Calls for networking to address growing water security



The experts at a multi-stakeholder consultation on Tuesday said the country needed to establish an effective network of all segments of the society from policymakers to civil society organizations with a focus on mainstreaming youth to address the growing water security of the country.

The consultative workshop was organized by the International Water Management Institute (IWMI) on Transformative Futures for Water Security (TFWS). Country Representative IWMI Dr MohsinHafeez briefed the participants on the purpose of the consultation. He said there was a need to take key bold steps for addressing the water scarcity issue in the country.

A brief video message from Director General, IWMI Dr Mark Smith was played on the occasion. He introduced the TFWS topic introduced by IWMI including the rationale and need for increasing water security of the region.

He said the issue of water security combined several elements like quantitative and quality water sufficient for health, life ecosystem, and agriculture productions. “The latest IPCC Report message on climate change and the environment is very clear as it highlights the increased frequency of natural disasters. Behind our initiative is a question about how to lead this bold step towards water security and the answer to it is that the youth will lead this action,” he added. Smith added that the IWMI had developed Transformative Future for Water Security with the foundation of a bottom-up approach rooted in South-South dialogue.

Pakistan Council of Research in Water Resources (PCRWR) Chairman Dr Mohammad Ashraf said water scarcity was defined as when an individual did not have access to safe and affordable water to satisfy his or her needs for drinking, washing, and livelihoods needs, then that region was defined as water scarce.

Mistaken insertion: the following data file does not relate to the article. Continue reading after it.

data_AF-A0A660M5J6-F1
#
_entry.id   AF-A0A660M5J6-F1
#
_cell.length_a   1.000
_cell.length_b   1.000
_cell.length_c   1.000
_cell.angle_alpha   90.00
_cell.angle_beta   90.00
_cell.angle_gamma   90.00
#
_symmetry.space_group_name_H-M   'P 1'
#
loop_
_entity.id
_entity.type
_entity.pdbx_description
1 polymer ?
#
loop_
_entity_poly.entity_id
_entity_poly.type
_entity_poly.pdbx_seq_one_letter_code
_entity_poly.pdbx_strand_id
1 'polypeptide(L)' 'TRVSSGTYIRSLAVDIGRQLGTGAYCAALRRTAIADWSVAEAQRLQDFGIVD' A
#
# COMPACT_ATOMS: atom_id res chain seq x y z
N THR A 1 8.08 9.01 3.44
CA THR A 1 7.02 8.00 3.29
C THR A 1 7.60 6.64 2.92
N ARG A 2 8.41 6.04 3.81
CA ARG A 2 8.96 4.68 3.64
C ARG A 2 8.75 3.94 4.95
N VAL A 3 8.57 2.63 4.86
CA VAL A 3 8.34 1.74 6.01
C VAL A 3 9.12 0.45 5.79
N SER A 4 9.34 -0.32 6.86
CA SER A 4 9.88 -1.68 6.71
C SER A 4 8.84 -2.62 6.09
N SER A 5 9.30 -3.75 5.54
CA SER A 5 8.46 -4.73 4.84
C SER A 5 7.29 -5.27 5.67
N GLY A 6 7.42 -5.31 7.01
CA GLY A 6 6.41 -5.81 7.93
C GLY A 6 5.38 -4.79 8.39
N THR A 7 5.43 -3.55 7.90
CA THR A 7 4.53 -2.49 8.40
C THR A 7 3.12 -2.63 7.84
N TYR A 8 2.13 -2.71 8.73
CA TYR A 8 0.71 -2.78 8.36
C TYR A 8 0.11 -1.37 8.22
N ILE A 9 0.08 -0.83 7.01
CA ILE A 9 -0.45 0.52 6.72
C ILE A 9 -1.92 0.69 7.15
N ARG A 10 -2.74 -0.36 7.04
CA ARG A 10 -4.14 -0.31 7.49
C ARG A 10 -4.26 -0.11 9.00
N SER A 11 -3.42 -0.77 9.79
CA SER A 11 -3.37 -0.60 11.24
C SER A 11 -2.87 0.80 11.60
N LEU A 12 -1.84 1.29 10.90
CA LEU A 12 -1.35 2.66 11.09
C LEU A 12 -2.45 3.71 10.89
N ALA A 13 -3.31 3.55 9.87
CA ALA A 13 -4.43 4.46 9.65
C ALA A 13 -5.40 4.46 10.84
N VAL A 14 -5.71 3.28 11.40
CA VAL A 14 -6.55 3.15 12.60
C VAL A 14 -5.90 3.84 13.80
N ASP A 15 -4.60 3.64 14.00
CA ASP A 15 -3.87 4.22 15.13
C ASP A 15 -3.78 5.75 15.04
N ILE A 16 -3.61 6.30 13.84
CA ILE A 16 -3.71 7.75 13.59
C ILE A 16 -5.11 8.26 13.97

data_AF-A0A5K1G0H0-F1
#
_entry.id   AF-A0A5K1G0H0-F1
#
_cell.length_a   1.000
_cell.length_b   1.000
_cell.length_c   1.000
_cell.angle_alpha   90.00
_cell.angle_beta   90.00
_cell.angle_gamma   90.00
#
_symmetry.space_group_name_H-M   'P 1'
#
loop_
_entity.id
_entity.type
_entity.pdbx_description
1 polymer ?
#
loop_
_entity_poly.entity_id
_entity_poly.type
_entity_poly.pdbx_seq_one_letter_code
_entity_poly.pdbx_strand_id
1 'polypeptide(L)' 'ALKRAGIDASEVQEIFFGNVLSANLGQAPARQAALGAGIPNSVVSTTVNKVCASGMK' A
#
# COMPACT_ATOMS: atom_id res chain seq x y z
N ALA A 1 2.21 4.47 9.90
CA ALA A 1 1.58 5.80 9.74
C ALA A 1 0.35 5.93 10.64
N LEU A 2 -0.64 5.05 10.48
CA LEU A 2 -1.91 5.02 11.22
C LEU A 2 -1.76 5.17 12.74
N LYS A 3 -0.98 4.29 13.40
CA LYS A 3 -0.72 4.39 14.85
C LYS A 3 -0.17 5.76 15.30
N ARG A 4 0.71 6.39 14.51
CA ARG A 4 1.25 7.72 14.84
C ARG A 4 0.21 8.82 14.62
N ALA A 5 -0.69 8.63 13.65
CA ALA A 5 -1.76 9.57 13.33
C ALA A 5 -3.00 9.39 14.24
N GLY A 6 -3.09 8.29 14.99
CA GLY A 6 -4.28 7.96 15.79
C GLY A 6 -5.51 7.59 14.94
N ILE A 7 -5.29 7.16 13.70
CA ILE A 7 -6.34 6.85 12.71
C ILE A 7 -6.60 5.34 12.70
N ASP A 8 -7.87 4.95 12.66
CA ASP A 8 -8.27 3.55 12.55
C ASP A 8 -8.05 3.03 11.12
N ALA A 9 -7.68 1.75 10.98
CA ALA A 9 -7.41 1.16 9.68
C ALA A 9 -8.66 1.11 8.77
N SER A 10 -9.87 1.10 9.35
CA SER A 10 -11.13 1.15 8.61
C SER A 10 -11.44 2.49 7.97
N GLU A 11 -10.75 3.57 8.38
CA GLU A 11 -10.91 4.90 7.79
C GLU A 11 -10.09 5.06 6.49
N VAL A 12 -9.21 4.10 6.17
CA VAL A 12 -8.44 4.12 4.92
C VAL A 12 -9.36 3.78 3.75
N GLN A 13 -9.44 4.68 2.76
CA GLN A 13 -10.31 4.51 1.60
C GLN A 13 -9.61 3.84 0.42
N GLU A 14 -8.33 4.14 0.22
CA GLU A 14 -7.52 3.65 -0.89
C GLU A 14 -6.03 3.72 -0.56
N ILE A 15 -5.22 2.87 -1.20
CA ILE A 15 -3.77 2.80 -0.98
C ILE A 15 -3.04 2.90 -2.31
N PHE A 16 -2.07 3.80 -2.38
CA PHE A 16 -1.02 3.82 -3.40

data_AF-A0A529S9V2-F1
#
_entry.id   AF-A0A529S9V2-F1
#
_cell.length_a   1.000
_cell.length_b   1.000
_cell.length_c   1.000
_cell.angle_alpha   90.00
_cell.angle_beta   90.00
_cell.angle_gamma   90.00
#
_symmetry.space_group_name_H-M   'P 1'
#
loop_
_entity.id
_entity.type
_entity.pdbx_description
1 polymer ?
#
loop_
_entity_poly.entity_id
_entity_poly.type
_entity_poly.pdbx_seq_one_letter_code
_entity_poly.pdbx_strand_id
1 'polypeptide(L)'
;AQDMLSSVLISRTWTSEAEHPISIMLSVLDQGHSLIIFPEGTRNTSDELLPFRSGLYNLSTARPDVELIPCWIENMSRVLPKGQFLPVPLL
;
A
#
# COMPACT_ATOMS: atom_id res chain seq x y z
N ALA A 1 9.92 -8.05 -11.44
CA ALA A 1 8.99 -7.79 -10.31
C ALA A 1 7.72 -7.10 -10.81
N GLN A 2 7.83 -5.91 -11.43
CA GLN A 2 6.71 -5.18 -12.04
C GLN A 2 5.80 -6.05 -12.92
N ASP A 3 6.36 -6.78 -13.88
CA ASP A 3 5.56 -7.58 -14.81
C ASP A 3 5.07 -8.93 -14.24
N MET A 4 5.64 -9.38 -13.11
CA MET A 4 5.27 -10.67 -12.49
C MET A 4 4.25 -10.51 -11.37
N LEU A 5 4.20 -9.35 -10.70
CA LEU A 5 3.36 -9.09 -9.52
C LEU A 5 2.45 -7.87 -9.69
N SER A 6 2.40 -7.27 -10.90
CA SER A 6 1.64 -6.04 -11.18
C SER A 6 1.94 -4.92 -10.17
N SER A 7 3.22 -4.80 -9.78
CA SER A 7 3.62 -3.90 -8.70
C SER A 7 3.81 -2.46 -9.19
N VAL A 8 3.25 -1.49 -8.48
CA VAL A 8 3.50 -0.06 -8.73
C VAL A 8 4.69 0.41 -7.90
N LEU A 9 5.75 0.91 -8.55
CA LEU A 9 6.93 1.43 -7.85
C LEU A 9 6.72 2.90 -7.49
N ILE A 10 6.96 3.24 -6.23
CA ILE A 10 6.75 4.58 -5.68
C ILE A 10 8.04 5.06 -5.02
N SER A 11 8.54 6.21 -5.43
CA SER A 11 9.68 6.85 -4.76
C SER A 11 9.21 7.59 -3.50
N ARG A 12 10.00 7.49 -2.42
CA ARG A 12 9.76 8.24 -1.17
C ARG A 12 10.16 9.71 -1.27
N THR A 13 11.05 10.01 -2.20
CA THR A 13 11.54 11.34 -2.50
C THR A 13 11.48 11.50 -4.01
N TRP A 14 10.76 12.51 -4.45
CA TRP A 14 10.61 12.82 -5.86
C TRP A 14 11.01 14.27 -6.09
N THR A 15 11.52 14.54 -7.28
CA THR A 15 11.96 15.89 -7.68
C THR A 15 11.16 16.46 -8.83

He added that the water availability per person had declined drastically since 1947, which was below 1,000 per cubic meter per capita.

“Pakistan will face 30 per cent water downfall by 2030 whereas at present over 60% population in the country is drinking unclean water,” he added.

Dr Ashraf informed that the wet years or seasons were becoming wet and dry season’s drier whereas it was a challenge to work out how to shift it. He underlined that there was a one-meter-per-year groundwater depletion in Islamabad that needed to be addressed. The groundwater depletion could be managed as it provided 60per cent agriculture water, 90per cent drinking water, and 100per cent industrial water, he added. The water crisis in the country was due to poor water tariffs and system inefficiency, he added. “The country needs to improve on-farm water use efficiency, governance, site-specific solutions, legislation improvement, and mainstreaming of youth,” he suggested. Youth engagement in all programmes was critical as they were users of water and needed a behavioral change towards the commodity usage, the PCRWR chair said.

He recommended that the research with partnership, generation of knowledge and dissemination to real stakeholders, and consultative process for policy development was necessary to address climate change. Board Member, IWMI, Simi Kamal said the water security needed to be looked into how water was used as 90per cent of the commodity was consumed for agriculture production. Kamal suggested developing water-sharing arrangements in rivers with a focus on population as another key area along with the youth bulge. The consultation proceeded with five working groups to discuss multifaceted issues on water security that provided key indicators and suggestions to address the issue with a systematic approach guided by ground realities and scientific evidence.